It's budget season. Sioux City's City Council has started what's typically about a two month process of crunching the numbers for the next fiscal year. Tuesday, they took a look at the proposed Capital Improvement Program for fiscal year 2014 to 2018.
If you've never seen a CIP book before, it's basically 540 page, five year budget blue print. The CIP is different from the operating budget, showing instead money requests from city departments for new items or construction.
The new CIP totals almost $272 million of expense. That's up about $30 million from the previous five year plan. Total proposed expense for FY 2014 is almost $72 million dollars. That's up about 86%, $33 million, compared to FY 2013.
City officials call it a meat and potatoes budget.
"It's a heavy emphasis on maintaining our infrastructure, whether it be resurfacing roads, reconstruction of roads, new water mains, bridge repair, things along those lines," said Robert Padmore, assistant city manager.
One of the largest pieces of the new CIP is a $25 million incentive package for a new downtown casino. It's city TIF money, that would be handed over to developers to cut their costs.
While Penn National Gaming hasn't asked for city help with their two Hollywood proposals, Sioux City Entertainment's Hard Rock project calls for $22 million in TIF financing. Ho-Chunk Inc's Warrior project calls for $25 million.
City leaders call the investment a "guaranteed pay back."
"It's not like those are projects that won't carry themselves. I mean if Racing and Gaming approves them, we would assume they'll be good projects," said Sioux City Mayor Bob Scott.
The Iowa Racing and Gaming Commission will ultimately select which casino is developed, by awarding a gaming license in April.
In the CIP book, a security upgrade is the top priority for officials at Sioux Gateway Airport. Airport director Curt Miller says they need upgrades to the system that manages doors, gates, and ID badges. Miller says software in the computer that runs the system is out of date, and isn't supported anymore.
"We're going to have to go back any buy new software, new computer, then look at what we need to make everything work again. Whether it's some actuators, card readers, or something," said Miller.
Cost is estimated at $400,000. The city would only be on the line for 10% of that, if federal funding can be secured for the remaining 90%.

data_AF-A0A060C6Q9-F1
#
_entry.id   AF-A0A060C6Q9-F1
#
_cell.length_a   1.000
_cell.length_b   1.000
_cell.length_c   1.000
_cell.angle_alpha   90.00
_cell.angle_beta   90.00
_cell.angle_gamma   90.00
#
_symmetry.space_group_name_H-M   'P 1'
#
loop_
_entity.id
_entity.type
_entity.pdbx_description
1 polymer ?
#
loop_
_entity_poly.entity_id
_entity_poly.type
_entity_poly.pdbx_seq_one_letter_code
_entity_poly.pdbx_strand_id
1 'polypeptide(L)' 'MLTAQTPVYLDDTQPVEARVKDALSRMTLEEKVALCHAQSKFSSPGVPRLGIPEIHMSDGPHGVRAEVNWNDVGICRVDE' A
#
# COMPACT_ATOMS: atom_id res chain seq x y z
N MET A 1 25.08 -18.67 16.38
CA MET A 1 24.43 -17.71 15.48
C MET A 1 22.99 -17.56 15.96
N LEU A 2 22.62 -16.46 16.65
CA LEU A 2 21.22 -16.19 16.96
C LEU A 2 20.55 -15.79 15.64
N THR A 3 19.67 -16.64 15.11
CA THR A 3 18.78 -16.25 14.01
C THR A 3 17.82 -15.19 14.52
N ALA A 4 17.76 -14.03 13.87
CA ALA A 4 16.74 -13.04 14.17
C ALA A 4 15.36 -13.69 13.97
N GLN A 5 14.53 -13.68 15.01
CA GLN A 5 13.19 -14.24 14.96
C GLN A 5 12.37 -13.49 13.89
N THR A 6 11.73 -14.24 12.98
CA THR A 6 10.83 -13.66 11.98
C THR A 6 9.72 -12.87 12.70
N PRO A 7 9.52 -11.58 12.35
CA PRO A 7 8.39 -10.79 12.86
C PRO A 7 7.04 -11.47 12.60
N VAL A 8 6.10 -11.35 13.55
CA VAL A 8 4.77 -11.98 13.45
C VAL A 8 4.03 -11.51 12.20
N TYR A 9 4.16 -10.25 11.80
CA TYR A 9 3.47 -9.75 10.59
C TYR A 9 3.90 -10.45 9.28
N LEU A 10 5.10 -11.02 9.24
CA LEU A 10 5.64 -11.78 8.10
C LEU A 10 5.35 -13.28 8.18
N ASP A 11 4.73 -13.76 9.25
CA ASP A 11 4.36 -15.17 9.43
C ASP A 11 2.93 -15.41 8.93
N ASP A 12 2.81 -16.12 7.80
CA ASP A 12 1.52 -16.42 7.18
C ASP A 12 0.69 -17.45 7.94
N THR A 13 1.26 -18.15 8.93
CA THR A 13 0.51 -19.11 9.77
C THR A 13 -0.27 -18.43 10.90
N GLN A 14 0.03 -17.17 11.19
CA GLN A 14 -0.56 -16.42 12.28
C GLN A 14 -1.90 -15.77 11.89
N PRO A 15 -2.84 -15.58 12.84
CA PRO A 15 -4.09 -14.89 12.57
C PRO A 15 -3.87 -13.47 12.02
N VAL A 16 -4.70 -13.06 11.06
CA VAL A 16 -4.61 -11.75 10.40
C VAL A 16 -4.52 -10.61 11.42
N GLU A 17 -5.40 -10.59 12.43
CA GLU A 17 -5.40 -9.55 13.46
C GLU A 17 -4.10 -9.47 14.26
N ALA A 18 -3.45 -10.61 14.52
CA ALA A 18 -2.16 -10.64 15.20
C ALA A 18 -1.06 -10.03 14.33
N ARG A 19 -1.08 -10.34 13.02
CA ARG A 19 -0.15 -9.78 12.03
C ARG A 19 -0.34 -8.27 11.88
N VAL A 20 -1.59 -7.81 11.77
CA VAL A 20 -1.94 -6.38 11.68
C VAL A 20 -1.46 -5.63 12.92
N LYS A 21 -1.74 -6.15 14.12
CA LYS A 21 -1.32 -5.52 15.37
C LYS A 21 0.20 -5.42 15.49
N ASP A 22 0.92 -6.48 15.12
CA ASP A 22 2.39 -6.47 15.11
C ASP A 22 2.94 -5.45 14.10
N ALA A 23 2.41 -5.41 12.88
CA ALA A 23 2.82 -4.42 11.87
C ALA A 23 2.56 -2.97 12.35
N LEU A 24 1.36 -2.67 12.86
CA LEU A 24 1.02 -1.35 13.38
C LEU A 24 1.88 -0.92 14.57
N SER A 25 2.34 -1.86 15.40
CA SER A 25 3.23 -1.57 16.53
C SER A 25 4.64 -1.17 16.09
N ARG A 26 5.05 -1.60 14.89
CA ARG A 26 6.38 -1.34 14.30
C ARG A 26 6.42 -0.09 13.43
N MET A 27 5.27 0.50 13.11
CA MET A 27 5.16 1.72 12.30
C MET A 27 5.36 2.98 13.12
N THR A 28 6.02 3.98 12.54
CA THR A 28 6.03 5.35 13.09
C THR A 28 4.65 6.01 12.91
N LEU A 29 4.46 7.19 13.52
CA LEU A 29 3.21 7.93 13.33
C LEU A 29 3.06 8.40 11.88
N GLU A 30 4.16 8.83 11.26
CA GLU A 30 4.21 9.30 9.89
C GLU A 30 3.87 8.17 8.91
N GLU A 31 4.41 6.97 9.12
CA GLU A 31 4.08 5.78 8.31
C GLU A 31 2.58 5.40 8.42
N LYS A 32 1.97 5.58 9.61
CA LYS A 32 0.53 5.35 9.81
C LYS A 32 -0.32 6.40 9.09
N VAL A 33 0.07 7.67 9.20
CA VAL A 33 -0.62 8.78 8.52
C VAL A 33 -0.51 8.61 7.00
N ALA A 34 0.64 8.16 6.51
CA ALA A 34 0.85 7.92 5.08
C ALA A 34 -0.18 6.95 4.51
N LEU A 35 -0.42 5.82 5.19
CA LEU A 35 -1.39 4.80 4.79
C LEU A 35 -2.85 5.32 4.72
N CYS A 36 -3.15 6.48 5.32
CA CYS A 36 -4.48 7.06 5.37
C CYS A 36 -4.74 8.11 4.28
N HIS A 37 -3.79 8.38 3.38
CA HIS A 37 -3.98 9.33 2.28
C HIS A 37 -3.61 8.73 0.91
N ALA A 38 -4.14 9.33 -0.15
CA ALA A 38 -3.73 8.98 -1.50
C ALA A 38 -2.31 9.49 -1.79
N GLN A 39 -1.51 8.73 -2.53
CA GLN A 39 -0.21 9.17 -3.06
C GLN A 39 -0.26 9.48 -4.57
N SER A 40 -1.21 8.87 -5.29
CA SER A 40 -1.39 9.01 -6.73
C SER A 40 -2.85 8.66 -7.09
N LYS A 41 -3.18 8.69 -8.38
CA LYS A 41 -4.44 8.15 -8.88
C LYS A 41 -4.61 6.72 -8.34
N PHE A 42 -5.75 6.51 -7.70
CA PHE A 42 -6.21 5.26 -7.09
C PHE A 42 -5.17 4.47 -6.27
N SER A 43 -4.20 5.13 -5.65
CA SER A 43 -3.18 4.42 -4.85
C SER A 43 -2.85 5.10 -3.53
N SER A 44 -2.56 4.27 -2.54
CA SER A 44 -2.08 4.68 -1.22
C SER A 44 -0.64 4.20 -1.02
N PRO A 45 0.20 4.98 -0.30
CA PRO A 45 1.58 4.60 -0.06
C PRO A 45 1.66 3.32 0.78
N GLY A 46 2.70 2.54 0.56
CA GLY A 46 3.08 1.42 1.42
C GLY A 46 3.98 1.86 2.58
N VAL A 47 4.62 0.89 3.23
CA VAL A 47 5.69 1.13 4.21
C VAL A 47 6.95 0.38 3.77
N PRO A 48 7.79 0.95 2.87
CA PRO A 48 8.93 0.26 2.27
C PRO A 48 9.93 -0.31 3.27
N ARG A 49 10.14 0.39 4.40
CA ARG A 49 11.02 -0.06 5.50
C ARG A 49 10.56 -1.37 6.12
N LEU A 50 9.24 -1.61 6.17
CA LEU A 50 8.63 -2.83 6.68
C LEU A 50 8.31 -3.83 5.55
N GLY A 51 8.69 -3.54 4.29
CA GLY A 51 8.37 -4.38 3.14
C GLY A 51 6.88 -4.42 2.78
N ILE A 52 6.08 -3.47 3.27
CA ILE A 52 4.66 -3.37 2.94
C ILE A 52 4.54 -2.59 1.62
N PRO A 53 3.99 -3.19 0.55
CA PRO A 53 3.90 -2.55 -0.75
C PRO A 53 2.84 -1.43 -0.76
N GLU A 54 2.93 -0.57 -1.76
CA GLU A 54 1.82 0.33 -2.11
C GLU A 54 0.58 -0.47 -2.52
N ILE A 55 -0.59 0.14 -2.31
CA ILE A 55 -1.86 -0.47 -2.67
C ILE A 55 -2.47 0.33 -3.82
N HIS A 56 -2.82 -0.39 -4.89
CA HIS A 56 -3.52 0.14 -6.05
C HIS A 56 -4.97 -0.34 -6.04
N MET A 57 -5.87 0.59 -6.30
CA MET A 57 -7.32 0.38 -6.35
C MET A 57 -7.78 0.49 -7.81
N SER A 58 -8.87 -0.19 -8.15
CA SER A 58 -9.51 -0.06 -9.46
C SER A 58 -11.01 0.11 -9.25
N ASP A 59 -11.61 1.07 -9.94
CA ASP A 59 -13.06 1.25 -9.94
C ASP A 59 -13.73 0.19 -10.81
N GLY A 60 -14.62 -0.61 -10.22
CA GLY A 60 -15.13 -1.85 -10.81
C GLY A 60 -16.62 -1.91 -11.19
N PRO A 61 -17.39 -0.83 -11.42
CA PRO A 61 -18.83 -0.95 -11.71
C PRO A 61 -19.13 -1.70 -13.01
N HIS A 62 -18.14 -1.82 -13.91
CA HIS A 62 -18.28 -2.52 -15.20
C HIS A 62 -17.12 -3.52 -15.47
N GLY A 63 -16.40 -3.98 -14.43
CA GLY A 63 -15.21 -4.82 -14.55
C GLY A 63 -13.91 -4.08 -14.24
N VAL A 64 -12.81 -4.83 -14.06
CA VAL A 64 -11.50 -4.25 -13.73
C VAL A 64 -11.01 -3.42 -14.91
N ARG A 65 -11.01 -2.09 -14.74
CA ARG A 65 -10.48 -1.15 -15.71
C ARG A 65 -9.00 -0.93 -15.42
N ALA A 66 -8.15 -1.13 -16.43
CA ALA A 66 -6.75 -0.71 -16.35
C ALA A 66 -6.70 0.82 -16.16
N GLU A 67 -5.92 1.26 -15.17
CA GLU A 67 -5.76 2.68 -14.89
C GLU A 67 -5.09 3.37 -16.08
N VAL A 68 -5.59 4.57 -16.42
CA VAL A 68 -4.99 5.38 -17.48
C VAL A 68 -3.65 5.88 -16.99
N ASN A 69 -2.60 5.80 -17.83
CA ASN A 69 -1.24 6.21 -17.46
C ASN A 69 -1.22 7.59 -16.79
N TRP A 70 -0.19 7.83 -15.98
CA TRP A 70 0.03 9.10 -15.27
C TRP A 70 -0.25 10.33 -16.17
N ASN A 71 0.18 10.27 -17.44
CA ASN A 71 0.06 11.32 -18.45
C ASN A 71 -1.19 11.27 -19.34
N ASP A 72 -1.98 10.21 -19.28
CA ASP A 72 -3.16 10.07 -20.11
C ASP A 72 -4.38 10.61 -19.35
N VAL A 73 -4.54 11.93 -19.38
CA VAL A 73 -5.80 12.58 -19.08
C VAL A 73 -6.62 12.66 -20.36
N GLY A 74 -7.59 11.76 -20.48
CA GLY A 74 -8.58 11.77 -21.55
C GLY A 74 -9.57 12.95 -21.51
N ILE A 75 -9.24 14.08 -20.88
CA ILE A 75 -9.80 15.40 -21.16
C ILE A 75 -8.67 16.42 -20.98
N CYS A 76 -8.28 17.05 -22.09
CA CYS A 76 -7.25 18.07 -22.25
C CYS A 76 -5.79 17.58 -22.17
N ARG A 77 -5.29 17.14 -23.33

Sioux City Transit says it's looking to start replacing buses. Some of them have been around since the late 80's, and have more than 570,000 miles on them.
City officials say ten buses need to be replaced. The federal government would pay between 83 to 90 percent of the cost for each bus. But, because of federal funding restrictions, city officials say they'll only be able to replace a few.
"If we are successful for one or two this next year, that is what we would be looking for," said Transit Fleet Purchasing Manager Mike Collett.
Also in the transit department's CIP proposal, repairs to the Transit Maintenance Facility roof and HVAC system.
If the city council approves it, a new Zamboni could be headed to Sioux City. City officials say the request is coming after one of their two machines broke down on the ice last year, causing them to a cancel a large event.
Officials would like to refurbish the older of the two Zambonis, using it as a reserve. Then, purchase a new one, giving them three total.
"Two of them would be based out of the Tyson Events Center. One would be based out of the IBP Ice Center," said Tyson Events Center Facilities Director Aran Rush.
Rush says having two Zambonis at the Tyson will also come in handy if the USHL changes their hockey rules. He says in coming years, teams may be required to use two ice resurfacers to shorten intermission time.
The city council will meet with heads of each department before approving the new CIP. They'll start on the operating budget January 29th. A public hearing to approve both is set for February 25th.
If you'd like to check out the CIP book yourself, click here.
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